Cat Urbigkit: Godsmack, Goatsmack

Columnist Cat Urbigkit writes: "This week as my column is published on our 37th anniversary, Jim and I plan to be drinking German beers and jamming to an American rock band (Godsmack) in a foreign country before heading out to spend time with someone elses livestock.

Cat Urbigkit

October 18, 20226 min read

Cat urbigkit cropped scaled
(Cowboy State Daily Staff)

Let’s just get a few preliminaries out of the way. I love head-banging rock music, and I love pastoral systems involving the movement of people with their livestock. These things are not mutually exclusive.

Now for the more painful part: middle age. By painful I mean both the physical pain involved in learning I’m not as young as I once was, as well as the pain of realizing I’m middle-aged just in time to understand I can’t maintain that claim that for long.

When We Were Young

We eloped a few months after my 20th birthday. I picked Jim up from the rig where he was a derrick hand on a drilling rig in the Hoback, and we got married in the historic marble-floored courthouse in Idaho Falls before a magistrate judge who married hundreds of couples in such ceremonies, but probably expected few to remain together.

I was a waitress in the hometown café back then, and after finishing my last breakfast shift before my scheduled time off, I stepped outside to find that Jim’s Firebird sports car we called “the Firechicken” had been stuffed to the gills with gifts from my coworkers and regular patrons – everything from luxury and household items to bride-and-groom glasses with a bottle of champagne.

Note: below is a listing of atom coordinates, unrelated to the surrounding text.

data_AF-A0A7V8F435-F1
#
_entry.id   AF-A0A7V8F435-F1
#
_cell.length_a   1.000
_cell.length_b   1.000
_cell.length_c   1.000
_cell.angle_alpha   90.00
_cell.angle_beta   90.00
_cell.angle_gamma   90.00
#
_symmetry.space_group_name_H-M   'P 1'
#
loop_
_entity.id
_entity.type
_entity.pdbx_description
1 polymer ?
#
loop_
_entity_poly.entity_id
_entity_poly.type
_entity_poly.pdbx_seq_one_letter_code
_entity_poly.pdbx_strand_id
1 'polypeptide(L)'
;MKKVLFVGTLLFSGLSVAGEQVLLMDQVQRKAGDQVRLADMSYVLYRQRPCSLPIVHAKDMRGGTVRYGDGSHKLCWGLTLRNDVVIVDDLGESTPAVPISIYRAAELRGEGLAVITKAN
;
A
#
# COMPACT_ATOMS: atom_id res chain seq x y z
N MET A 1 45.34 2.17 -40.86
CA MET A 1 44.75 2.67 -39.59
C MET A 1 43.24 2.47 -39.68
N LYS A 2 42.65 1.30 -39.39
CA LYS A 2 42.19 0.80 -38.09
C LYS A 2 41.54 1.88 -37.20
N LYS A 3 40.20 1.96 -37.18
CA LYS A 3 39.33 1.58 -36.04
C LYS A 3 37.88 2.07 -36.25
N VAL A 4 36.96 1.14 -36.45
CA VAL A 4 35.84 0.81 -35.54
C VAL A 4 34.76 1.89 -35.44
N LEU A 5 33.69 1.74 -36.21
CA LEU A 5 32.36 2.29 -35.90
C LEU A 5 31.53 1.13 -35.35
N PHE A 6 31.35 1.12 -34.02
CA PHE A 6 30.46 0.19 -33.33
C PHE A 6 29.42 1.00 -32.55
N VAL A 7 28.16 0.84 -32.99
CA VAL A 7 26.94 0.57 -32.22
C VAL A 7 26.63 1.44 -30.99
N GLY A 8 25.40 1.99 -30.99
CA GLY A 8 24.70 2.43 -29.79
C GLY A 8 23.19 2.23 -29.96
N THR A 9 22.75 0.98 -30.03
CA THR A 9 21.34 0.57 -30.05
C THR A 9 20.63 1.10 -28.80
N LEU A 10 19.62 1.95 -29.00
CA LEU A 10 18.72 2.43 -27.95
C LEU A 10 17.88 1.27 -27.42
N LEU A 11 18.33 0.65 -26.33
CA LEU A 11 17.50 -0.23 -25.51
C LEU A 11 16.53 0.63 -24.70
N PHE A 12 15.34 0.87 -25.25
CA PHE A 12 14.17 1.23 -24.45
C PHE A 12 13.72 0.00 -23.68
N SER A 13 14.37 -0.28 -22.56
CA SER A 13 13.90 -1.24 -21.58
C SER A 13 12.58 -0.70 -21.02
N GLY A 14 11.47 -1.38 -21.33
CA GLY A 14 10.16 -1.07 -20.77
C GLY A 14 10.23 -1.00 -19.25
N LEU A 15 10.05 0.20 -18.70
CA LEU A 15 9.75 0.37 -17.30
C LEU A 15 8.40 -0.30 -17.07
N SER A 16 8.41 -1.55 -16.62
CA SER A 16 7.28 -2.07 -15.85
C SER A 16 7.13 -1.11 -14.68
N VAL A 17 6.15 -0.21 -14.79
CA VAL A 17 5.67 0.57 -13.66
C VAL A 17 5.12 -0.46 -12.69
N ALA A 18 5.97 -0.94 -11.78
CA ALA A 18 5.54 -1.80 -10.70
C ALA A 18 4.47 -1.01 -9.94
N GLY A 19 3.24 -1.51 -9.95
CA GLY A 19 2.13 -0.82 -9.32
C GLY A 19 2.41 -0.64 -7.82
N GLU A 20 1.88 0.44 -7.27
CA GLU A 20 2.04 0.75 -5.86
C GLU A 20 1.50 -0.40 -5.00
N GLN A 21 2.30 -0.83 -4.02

Since I had no interest in a traditional wedding, and Jim was always game for new adventures, we ignored the protests of friends and family and arranged for a civil ceremony in neighboring Idaho. We spent our honeymoon cruising around the mountains of Idaho, stopping to hike and rock climb. Ah, the joys (and flexibilities) of youth.

Fast-Forward A Few Decades

Our schedule is early to bed and early to rise alongside our domestic livestock, with plenty of adventures and misadventures in between. Since the pandemic disrupted our plans to visit Europe a few years ago, we’ve been waiting for the opportunity to reschedule the trip, and every few months I do an online search for cheap flights.

We’ve been fortunate to have made several international trips in the last few decades, all of which involved visiting sheepherders and drovers in other countries, reinforcing our kinship in a worldwide community of people who tend to animals.

A recent online search resulted in a deal with potential, and I had just seen an announcement that one of my favorite rock bands would be starting its European tour around that time.

A quick search revealed Godsmack would be performing on our anniversary in Munich, Germany. Within minutes I booked the flights, navigated a German-language website to score two tickets to the concert, and then broke the news to Jim. First, I told him I’d booked a good deal on flights to Germany.

Only after I could see he was pleased to learn that some time away was in our future did I mention the Godsmack part of the trip.